An underlying health issue, pain, inflammation, parasites, intestinal worms, food allergies, etc. are also some common reasons behind obsessive compulsive disorder and self-licking behavior. Dietary changes can help show results, although this could take some time.
What Are Some of the Harmful Effects of a Cat’s Excessive Licking?
Whether your cat licks the walls or itself, there can be many harmful effects of this behavior:
A. Lick granuloma
Excess self-licking can lead to skin lesions called lick granulomas. Some cats even get multiple lick granulomas. They usually start off as alopecic lesions (bumps with loss of fur) and turn red, itchy, and painful.
Your pet might need corticosteroid shots or creams to treat these granulomas. Many times, these lesions take a long time to heal – nearly 1 to 6 months.
B. Cat licking humans can transmit germs
Cats licking can sometimes be harmful to humans especially if one has a compromised immune system.
A cat licking you on your mouth or nose can transmit many pathogens causing infections and diseases.
C. Cats licking walls can harm your pet in numerous ways
As stated earlier, cats could get an electric shock if they lick the areas near the wall electric outlets.
Also, they could end up swallowing paint from the walls which can be dangerous.
D. Feline leukemia virus
Cats that lick and groom each other often end up transmitting the deadly feline leukemia virus infection. This is characterized by debilitating symptoms like diarrhea, pale gums, eye discharge, lymphoma, breathing troubles, etc.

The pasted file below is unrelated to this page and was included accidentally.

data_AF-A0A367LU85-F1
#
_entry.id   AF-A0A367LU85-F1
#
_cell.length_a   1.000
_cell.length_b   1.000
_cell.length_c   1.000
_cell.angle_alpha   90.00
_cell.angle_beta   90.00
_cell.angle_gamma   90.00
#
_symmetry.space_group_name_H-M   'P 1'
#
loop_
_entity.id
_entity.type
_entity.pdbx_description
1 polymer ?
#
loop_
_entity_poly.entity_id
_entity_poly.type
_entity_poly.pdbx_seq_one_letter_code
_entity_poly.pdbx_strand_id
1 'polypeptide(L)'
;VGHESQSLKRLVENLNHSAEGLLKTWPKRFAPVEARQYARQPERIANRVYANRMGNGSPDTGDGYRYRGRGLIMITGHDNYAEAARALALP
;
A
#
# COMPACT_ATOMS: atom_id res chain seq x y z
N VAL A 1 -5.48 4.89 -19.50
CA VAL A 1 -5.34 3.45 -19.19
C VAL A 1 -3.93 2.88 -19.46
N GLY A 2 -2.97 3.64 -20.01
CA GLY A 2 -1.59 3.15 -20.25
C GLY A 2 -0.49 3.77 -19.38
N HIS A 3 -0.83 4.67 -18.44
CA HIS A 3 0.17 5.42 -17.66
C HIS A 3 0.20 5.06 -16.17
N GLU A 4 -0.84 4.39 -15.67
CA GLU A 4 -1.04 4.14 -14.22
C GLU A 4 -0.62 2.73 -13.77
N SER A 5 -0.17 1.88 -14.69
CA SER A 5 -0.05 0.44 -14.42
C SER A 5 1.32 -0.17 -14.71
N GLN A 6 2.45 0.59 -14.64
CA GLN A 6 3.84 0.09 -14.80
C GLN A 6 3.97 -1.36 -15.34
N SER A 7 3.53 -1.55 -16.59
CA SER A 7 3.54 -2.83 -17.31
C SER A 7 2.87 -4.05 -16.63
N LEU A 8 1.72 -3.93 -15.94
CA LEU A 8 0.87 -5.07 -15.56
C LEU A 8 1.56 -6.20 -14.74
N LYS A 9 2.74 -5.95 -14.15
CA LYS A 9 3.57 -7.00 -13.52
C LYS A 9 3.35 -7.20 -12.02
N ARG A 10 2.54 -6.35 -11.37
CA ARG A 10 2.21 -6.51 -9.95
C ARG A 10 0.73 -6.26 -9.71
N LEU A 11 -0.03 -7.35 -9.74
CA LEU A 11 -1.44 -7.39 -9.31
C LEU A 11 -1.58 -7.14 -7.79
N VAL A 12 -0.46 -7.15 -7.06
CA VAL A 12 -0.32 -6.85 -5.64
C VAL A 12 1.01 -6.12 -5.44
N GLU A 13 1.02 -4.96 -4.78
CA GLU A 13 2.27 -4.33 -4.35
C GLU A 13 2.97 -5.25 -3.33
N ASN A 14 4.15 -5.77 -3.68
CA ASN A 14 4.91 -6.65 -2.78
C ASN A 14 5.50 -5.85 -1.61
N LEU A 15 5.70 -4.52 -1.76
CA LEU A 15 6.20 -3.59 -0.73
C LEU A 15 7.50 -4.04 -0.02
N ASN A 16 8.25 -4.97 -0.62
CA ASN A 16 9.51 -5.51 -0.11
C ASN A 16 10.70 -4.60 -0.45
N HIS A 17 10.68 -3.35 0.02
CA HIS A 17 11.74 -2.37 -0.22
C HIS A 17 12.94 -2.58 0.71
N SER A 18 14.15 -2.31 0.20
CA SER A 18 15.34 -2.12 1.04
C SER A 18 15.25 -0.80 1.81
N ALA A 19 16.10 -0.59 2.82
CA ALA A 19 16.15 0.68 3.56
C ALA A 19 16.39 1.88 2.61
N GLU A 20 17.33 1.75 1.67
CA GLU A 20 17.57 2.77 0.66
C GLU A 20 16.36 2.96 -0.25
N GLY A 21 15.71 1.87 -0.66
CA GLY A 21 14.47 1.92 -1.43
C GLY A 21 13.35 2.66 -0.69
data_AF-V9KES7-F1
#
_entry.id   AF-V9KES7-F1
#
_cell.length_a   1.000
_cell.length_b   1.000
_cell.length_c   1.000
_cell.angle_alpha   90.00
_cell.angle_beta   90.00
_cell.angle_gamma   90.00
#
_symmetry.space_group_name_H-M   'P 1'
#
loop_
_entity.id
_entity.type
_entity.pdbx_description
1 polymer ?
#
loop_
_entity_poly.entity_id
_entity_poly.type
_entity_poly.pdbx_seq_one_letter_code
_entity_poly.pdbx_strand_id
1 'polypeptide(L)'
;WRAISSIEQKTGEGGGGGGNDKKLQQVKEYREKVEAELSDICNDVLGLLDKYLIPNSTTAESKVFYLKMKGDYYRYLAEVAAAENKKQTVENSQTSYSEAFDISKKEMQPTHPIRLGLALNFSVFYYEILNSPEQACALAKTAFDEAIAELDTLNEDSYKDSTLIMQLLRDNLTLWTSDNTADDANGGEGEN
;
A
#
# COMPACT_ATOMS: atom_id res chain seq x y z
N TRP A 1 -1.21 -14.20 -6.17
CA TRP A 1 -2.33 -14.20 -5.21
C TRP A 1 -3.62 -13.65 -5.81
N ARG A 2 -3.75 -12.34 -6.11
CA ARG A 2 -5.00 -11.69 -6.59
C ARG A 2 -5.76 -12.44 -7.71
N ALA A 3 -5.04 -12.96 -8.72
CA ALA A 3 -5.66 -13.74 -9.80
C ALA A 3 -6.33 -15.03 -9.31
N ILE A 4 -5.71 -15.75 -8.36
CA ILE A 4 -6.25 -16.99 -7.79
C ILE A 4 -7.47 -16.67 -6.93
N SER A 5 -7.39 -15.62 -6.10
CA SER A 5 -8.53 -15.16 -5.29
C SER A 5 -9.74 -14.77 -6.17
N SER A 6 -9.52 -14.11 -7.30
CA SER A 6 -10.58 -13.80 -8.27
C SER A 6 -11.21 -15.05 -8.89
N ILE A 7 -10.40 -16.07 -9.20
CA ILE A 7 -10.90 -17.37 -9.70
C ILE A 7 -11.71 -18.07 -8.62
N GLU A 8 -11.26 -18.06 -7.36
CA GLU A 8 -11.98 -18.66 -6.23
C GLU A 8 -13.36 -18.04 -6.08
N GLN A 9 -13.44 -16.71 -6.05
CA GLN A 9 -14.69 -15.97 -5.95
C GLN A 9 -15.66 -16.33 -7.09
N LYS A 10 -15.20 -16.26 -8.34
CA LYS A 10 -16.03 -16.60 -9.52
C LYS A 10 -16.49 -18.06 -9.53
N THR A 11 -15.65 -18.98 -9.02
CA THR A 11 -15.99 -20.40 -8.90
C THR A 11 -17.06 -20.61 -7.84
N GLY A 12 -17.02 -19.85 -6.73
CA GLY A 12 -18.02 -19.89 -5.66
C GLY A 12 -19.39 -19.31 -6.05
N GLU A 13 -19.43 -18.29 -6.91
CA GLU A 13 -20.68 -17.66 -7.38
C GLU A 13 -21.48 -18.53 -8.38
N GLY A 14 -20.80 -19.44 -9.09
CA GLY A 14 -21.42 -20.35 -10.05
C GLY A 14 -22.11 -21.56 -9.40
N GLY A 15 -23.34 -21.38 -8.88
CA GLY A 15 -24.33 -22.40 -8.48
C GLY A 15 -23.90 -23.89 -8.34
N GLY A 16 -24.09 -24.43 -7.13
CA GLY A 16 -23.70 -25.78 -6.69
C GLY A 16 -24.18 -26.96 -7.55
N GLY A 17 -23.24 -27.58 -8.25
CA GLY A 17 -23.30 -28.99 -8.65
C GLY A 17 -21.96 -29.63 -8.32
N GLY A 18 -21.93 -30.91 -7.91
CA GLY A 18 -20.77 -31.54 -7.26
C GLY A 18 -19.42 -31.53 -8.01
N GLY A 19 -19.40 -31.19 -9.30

Treatment and Home Remedies to Eliminate Excess Licking in Cats
The following are some of the treatment options and home remedies for cat’s excess licking of walls, self-grooming, as well as scratching and chewing behaviors:
1. De-worm your pet and treat it for parasites
Excess chewing, scratching, licking, and other compulsive behaviors can stem from parasites – both internal worms and external ones like fleas and ticks.
Speak to your vet and use a monthly/regular treatment plan for these issues. Get rid of mites, lice, etc. from your pet’s coat through proper grooming and medication.
2. Change its diet and feed it supplements
If you have been asking often ‘why is my cat licking the walls’, then it may be due to dietary deficiencies. See a vet and work out a diet plan for your cat. Sometimes, food allergies could also trigger excess licking.